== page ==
New grant enabling U of M research team to look at brain cancer on a cell-by-cell basis
Each year, the V Foundation for Cancer Research invites NCI-designated cancer centers nationwide to nominate researchers for two grant categories – Translational and V Scholar – for funding consideration. The V Foundation’s Scientific Advisory Committee, which includes world-class researchers from leading cancer centers, reviews and recommends the most promising projects for funding. This rigorous process ensures proposals meet the highest standards of scientific merit.
During the most recent round of funding reviews, Neurosurgery Department Assistant Professor and Neurosurgical Director of the Center for Skull Base and Pituitary Surgery Andrew Venteicher (pictured here), MD, PhD, tied for the Martin D. Abeloff Scholar Award, which recognizes the highest reviewer-scored V Scholar grant recipient. As a result, Venteicher and his research group received $200,000 over the two years of the grant.
“The V Foundation supports high-risk, high-reward research,” he said. “They know that paradigm-shifting work is needed for these aggressive brain cancers. They also do an excellent job of interfacing between the scientists and those who want to fund such groups.”
Venteicher’s research team is using the V Foundation funds to look at intra-tumoral heterogeneity – cell-by-cell differences in brain cancer. “A big focus in brain cancer research has been to compare one type of tumor among many patients, answering questions such as how are they different and why do certain patients get better,” he said. “A more recent focus is to look at an individual’s tumor cell by cell to see if we can identify differences that could influence patient outcomes.”
To do this work, the research team is using new genomic technology. “It enables us to determine how each cell behaves based on its gene expression,” said Venteicher. While this approach requires special resources, the team carefully selects only those patients from whom they can derive biological meaning. “We’ve done this for a good number of patients, both those who had good treatment outcomes and those whose prognosis wasn’t as good,” said Venteicher. “By looking at the cell-by-cell signatures, we’re trying to find out why.”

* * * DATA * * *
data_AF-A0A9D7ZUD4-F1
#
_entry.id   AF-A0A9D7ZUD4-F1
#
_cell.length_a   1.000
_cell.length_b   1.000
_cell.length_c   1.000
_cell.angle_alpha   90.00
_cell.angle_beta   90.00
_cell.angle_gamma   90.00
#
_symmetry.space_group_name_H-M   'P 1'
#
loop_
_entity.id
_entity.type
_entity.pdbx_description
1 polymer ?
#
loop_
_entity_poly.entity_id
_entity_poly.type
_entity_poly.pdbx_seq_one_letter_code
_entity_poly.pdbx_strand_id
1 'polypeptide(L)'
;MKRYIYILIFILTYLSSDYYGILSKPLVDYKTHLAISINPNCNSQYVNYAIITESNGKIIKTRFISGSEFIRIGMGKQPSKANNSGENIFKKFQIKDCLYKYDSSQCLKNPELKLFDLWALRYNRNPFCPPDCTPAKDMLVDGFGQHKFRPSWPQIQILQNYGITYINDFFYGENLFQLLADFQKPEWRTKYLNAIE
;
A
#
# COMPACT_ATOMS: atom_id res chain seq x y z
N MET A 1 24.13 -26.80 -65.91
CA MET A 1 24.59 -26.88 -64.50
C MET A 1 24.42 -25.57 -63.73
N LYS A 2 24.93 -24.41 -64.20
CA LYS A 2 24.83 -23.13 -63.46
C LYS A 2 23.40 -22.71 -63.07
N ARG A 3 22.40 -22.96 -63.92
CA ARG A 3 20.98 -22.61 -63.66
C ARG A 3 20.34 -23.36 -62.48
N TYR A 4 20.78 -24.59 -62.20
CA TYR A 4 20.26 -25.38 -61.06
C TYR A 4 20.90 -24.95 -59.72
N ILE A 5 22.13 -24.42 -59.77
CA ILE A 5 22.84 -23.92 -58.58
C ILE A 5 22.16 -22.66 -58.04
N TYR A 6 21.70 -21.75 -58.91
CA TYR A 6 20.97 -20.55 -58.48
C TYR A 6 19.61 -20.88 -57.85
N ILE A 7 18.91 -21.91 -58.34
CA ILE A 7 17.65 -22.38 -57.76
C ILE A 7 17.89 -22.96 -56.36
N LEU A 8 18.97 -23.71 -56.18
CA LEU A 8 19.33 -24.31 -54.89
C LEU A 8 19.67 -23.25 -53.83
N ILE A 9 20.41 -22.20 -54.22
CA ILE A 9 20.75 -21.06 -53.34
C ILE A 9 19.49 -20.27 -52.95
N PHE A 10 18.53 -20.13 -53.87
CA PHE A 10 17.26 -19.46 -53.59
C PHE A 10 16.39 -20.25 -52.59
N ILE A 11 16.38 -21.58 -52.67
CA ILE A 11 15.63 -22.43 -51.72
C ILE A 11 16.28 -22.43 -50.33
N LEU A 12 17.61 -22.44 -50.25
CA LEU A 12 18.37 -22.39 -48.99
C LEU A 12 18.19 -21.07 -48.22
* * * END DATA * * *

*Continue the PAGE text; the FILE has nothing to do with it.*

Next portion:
Venteicher’s team includes Danielle Brotto, PhD, who is leading the assessment of how changes in DNA structure can provide insights into the questions they are trying to answer; and Olivia Smith (MD/PhD student) and Jesus Garcia (computational biologyPhD student), who are working on the single-cell genomics research.
The team will use the resulting data to discover new clinical testing for the next patient with the same type of cancer. “We want to be able to predict which patients are high- or low-risk for progression,” said Venteicher. “The second arc of our research is more fundamental – developing new insights into how these cancers form in the first place. We hope to understand which treatments patients would most benefit from.”
This work also propels the research team in a new direction so they can apply for future National Institutes of Health grants based on their initial data.
The V Foundation for Cancer Research was founded in 1993 by ESPN and the late Jim Valvano, legendary North Carolina State University basketball coach and ESPN commentator. The V Foundation has funded nearly $290 million in game-changing cancer research grants nationwide through a competitive process strictly supervised by a world-class Scientific Advisory Committee. Because the V Foundation has an endowment to cover administrative expenses, 100% of direct donations is awarded to cancer research and programs. The V team is committed to accelerating Victory Over Cancer®.